Body Image and Its Impact on Women’s Health
Gain a better understanding of how body image can impact women's mental health with expert advice from an Inkblot Therapy Nurse Case Manager and Advisor.

Written by Elise Kayfetz

Published on August 8, 2022
Three women of different ethnicity and body shape walk together on a beach while smiling.

Relationships between women and their bodies can be complicated, and the pandemic certainly didn’t make it easier. Perhaps your favourite pre-pandemic jeans don’t fit, and shame has kept you home. Or maybe you have avoided a long-awaited gathering with friends because societal pressures don’t make you feel good enough to be seen. If you or someone you know has said, “you don’t like the way you look, “you wish you looked like that other person,” or “there’s something wrong with me,” — you are not alone. 

We spoke with Karma Stanley, the in-house Nurse Case Manager and Advisor at Inkblot Therapy, who is extremely passionate about body image and works to be an advocate for weight inclusivity and health in every size. She told us about body image issues ranging from how body image affects mental health, how it influences body image, and how to improve body image and self-esteem.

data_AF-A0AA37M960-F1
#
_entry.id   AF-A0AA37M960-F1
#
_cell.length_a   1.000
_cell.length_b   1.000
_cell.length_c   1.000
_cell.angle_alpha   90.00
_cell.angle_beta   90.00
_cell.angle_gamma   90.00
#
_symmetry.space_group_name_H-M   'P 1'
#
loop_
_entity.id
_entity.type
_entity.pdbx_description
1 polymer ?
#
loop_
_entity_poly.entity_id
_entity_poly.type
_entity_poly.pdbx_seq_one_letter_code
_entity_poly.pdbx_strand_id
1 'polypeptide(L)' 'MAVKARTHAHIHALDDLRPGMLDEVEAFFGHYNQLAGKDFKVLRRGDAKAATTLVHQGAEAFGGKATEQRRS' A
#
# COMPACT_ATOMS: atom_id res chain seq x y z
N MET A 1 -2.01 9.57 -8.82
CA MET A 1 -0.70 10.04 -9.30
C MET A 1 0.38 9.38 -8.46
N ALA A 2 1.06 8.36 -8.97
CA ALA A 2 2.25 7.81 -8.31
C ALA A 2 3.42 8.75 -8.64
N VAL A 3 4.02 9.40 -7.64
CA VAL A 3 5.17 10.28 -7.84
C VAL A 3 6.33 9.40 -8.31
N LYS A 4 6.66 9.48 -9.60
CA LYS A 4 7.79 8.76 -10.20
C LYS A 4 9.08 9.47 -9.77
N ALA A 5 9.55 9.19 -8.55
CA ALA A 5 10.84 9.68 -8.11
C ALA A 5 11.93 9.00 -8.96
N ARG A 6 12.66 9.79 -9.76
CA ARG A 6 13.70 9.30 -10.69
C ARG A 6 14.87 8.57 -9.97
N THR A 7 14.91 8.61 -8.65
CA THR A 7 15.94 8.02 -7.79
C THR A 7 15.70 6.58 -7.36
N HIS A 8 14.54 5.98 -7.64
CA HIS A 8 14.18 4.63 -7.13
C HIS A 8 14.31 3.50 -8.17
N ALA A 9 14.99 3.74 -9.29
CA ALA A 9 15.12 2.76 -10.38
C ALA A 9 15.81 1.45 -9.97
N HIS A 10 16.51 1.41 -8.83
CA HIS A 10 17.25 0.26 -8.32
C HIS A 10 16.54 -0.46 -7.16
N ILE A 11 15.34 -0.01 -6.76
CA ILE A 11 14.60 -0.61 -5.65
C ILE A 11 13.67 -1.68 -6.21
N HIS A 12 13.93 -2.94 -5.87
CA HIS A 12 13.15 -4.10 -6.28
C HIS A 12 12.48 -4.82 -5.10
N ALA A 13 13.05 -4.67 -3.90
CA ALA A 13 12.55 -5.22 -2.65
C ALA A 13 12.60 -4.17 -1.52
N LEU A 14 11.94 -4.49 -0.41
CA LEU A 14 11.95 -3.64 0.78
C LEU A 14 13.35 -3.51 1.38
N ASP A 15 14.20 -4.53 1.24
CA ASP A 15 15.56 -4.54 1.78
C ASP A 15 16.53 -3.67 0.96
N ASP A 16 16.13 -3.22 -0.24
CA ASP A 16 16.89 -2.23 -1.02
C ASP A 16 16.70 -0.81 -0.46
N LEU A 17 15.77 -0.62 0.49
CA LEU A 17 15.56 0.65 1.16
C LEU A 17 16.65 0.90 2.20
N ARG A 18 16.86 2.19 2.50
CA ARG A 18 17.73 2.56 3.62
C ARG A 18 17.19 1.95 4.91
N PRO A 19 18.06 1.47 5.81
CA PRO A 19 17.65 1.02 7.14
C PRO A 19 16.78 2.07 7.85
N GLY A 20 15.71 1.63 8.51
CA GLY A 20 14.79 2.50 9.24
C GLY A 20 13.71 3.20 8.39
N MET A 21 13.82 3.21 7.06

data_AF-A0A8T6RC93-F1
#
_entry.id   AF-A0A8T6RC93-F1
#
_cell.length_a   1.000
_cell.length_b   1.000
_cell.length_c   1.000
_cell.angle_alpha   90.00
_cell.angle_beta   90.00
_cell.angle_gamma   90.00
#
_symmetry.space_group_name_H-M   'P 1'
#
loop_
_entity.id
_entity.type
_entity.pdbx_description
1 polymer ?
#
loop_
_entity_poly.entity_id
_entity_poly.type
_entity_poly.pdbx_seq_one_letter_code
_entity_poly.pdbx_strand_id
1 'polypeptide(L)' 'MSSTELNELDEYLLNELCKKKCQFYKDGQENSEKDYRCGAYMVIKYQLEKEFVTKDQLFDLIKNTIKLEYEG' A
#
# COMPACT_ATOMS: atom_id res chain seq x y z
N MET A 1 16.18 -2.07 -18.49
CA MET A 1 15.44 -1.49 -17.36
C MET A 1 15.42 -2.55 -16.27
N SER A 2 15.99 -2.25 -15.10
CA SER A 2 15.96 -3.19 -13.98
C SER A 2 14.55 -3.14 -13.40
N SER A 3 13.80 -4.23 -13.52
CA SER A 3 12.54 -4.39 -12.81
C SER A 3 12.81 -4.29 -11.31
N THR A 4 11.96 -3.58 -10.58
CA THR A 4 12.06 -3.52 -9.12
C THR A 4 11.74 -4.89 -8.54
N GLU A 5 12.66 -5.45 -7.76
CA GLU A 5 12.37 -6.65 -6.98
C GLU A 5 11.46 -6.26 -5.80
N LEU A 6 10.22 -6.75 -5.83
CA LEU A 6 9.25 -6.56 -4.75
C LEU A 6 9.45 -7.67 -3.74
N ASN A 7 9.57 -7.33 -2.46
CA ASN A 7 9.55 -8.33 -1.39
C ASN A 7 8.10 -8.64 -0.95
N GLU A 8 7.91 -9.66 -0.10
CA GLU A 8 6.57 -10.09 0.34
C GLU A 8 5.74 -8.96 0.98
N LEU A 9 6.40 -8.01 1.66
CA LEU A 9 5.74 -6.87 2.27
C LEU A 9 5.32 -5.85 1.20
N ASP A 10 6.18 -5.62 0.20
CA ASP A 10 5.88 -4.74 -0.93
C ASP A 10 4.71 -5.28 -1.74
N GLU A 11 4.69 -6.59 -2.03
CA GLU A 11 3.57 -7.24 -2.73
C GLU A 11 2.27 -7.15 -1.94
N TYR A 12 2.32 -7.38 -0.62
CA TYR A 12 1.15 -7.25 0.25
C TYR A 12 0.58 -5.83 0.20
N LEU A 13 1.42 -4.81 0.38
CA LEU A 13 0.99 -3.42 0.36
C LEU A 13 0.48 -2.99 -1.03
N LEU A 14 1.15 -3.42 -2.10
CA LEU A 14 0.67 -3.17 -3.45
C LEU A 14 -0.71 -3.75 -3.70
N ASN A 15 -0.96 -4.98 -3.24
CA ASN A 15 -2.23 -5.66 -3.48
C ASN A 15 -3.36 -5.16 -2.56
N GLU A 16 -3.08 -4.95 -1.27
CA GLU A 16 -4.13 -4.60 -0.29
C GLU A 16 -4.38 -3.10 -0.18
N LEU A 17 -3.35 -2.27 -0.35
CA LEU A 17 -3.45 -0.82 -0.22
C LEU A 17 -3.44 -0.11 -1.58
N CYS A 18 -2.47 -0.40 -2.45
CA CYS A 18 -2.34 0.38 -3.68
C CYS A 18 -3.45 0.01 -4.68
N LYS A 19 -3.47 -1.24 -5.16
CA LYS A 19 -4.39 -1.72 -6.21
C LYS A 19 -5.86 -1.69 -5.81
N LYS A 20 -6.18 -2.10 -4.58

What is body image? 

Body image is a mental and emotional reflection of what you think you look like, feel when you see yourself in the mirror, and react and respond to your body. Body image also accounts for the features that make you, you. Stanley shared that, unfortunately, “people have the misconception that there’s an ideal weight and that overweight equals unhealthy, which is simply not true. We want to ensure we are taking steps to make sure we have a healthy [physical] body.” She says, “weight commentary, glorifying thinness, [and] muscularity really have negative stigmatizing effects on our brains. We are constantly trying to reach a goal that is not attainable or not sustainable.” Mary Jelkovsky, a body-positive advocate, often featured in TedTalks, cautions that “our bodies are not an image, [they are] an experience.”